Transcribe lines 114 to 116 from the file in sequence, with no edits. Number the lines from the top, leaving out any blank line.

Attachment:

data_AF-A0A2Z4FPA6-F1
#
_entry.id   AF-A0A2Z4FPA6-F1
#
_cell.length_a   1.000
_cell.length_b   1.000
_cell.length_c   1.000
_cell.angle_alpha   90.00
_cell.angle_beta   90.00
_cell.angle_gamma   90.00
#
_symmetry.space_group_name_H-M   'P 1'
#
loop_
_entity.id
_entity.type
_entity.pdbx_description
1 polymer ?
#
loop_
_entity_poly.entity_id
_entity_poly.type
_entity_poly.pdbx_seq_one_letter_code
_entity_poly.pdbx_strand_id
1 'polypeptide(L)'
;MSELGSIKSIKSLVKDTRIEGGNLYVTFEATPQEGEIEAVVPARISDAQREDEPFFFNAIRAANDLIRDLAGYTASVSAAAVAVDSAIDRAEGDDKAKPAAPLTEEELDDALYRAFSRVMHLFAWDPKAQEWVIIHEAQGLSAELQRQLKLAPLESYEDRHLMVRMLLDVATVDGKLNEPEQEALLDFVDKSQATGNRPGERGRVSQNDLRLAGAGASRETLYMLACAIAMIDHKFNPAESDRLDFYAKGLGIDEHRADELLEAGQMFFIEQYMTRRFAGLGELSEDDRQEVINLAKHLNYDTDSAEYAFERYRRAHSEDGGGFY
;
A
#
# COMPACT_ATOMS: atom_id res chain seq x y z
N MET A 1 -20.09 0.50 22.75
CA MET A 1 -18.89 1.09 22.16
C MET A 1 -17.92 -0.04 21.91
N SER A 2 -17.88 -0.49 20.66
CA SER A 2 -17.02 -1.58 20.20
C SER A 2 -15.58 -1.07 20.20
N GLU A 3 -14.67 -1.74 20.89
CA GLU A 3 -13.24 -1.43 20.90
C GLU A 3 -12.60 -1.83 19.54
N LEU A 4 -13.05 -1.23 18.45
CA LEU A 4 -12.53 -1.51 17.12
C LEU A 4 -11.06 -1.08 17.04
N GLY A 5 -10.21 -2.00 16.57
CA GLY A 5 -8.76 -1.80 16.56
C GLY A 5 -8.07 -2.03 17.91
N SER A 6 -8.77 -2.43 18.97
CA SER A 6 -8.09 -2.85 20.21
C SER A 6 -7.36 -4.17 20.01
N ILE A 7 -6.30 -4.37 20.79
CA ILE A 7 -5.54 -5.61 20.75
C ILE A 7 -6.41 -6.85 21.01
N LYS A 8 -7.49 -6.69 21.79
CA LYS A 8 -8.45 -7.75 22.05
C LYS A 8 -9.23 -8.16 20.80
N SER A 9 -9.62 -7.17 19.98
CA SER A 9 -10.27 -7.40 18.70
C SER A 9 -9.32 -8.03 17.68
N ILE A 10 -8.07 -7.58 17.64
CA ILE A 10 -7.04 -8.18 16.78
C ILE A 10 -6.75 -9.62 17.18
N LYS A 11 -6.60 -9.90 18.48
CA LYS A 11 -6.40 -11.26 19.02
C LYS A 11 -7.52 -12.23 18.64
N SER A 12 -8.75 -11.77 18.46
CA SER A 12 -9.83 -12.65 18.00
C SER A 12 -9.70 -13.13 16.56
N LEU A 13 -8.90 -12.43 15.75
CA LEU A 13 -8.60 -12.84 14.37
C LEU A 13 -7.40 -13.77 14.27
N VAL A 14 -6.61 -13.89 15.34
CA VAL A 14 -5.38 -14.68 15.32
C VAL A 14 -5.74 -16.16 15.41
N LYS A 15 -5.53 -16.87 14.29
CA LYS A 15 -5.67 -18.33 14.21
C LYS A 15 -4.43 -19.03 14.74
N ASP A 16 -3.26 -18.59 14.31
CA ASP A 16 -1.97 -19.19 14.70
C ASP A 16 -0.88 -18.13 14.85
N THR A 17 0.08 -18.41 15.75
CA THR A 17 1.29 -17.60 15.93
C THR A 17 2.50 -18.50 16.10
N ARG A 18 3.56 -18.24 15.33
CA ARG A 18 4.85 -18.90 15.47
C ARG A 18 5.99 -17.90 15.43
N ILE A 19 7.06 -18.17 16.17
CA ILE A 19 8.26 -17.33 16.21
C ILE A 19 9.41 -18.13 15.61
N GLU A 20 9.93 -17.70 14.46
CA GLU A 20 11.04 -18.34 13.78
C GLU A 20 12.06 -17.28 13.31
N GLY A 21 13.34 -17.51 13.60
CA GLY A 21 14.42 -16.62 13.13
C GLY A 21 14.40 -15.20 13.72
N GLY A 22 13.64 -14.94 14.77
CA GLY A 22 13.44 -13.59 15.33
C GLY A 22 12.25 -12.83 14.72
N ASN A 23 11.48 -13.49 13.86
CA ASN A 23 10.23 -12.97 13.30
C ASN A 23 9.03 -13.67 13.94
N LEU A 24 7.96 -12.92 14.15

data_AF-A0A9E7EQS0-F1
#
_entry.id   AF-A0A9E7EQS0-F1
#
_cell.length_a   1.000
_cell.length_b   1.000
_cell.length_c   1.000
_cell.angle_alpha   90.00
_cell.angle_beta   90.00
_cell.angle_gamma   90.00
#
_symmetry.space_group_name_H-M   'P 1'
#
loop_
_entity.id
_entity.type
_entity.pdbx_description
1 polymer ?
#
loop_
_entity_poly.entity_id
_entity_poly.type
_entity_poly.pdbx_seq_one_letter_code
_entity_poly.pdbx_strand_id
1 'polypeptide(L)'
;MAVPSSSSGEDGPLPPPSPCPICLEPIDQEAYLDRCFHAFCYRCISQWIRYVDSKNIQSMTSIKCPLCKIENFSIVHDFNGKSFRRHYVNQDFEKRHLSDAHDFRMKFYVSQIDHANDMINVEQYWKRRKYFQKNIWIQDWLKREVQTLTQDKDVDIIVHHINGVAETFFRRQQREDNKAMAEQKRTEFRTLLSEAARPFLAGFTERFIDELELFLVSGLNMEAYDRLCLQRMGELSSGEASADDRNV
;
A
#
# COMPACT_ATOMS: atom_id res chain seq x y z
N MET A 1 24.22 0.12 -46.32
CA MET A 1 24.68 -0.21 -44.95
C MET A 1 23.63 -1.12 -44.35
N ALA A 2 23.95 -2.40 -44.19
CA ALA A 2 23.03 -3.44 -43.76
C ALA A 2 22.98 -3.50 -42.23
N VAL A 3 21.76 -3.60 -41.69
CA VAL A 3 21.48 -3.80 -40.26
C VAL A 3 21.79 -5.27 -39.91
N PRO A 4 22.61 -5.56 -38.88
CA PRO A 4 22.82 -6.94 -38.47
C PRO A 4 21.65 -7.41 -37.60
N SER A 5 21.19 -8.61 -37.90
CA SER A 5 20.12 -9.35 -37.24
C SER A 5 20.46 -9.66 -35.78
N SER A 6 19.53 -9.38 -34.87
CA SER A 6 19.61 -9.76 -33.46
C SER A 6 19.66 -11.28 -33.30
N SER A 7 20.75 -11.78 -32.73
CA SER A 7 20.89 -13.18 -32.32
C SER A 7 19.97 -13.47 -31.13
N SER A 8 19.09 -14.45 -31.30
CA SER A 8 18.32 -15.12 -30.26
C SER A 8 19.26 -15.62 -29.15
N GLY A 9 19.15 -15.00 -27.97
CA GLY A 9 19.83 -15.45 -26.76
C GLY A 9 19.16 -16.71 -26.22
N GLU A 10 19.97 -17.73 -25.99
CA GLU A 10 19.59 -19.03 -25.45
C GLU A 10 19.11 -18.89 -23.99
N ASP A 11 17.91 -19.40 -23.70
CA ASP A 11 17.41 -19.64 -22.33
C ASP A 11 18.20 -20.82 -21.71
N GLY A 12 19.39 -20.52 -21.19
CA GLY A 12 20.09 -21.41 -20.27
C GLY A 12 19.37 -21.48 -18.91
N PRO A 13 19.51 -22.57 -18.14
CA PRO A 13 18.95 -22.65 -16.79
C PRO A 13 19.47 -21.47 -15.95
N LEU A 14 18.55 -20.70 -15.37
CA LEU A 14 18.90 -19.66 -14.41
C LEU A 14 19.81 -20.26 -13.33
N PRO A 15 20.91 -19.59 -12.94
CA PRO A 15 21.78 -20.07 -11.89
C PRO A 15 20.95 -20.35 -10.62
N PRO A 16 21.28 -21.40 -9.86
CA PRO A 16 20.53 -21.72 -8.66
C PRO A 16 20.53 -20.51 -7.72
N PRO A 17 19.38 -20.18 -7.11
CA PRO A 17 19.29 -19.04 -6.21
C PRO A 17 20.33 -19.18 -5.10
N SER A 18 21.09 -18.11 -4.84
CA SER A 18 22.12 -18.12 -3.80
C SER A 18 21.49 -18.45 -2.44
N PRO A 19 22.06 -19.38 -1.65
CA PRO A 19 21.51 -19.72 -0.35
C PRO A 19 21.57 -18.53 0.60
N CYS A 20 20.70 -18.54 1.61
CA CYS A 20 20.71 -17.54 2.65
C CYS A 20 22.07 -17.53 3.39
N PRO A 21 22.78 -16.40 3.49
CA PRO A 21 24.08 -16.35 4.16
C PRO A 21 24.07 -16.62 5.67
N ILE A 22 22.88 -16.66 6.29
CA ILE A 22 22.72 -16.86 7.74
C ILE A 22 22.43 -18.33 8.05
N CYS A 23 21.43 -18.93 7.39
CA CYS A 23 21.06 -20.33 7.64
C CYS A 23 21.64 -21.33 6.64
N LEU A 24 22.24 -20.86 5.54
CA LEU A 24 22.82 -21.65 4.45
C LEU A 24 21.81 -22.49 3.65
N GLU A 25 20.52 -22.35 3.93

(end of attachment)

loop_
_entity.id
_entity.type